Optimization, Complexity and Math (or, can we prove P!=NP by gradient descent?)

This talk will summarize a project I was involved in during the past 8 years. It started with attempts to understand the PIT (Polynomial Identity Testing) problem - a central problem involving randomness and hardness. It has led us to pursue many other goals. I hope to explain our most complete understanding we have so far, as well as challenges and open problems. The main messages of this project are summarized below; I plan to describe, through examples, many of the concepts they refer to, and the evolution of ideas leading to them. No special background is assumed.


The most basic tools of convex optimization in Euclidean space extend to a far more general setting of Riemannian manifolds that arise from the symmetries of noncommutative groups. We develop first-order and second-order algorithms, and analyze their performance in general. While proving convergence bounds requires heavy algebraic and analytic tools, convergence itself depends in an elegant way on natural ``smoothness’’ parameters, in analogy with the Euclidean (commutative) case.

These algorithms give exponential (or better) improvements in run-time for solving algorithmic many problems across CS, Math and Physics. In particular, these include problems in algebra (e.g. testing rational identities in non-commutative variables), in analysis (testing the feasibility and tightness of Brascamp-Lieb inequalities), in quantum information theory (to the quantum marginals problem), in algebraic geometry (to computing Kronecker coefficients), in computational complexity (to derandomizing new special cases of the PIT problem) and in optimization (to testing membership in large, implicitly described polytopes).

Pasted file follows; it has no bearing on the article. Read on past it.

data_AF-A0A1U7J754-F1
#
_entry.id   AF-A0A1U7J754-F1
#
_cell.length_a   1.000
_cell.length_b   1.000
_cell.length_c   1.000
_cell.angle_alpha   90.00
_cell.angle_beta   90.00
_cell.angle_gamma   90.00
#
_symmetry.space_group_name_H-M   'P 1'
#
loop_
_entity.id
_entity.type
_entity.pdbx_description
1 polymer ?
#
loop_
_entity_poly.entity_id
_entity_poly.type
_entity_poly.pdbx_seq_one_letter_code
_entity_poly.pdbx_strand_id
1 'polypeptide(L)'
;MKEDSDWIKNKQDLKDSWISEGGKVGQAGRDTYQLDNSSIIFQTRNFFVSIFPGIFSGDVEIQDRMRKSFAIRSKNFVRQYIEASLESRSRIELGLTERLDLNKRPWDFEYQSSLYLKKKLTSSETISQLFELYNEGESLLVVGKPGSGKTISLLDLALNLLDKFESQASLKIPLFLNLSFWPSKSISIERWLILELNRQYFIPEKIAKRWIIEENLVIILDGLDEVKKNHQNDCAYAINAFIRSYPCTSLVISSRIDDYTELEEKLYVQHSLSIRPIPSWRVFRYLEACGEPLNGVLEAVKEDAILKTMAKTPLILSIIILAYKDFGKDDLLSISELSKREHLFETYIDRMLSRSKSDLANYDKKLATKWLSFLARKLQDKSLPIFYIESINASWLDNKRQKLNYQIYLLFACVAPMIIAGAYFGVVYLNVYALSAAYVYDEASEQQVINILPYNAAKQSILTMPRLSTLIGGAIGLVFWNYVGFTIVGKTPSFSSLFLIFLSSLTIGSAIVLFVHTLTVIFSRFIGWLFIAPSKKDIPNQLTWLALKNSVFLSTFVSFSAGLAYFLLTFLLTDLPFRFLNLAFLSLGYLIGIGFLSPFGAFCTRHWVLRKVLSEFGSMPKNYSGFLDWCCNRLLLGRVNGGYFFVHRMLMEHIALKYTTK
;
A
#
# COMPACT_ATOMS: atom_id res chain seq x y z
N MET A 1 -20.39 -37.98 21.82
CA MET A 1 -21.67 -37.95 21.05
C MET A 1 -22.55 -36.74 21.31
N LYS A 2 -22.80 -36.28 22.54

The focus on symmetries exposes old and reveals new relations between the problems above. Essentially, they are all membership problems in null cones and moment polytopes of natural group actions on natural spaces. Invariant theory, which studies such group actions, plays an essential role in this development. In particular, a beautiful non-commutative duality theory (expending linear programming duality in the commutative case), and notions of geodesic convexity (extending the Euclidean one) and moment maps (extending the Euclidean gradient) are central to the algorithms and their analysis. Interestingly, most algorithms in invariant theory are symbolic/algebraic, and these new numeric/analytic algorithms proposed here often significntly improve on them.

Based on joint works with Zeyuan Allen-Zhu, Peter Bürgisser, Cole Franks, Ankit Garg, Leonid Gurvits, Pavel Hrubes, Yuanzhi Li, Visu Makam, Rafael Oliveira and Michael Walter.



Herbert H. Maass Professor, School of Mathematics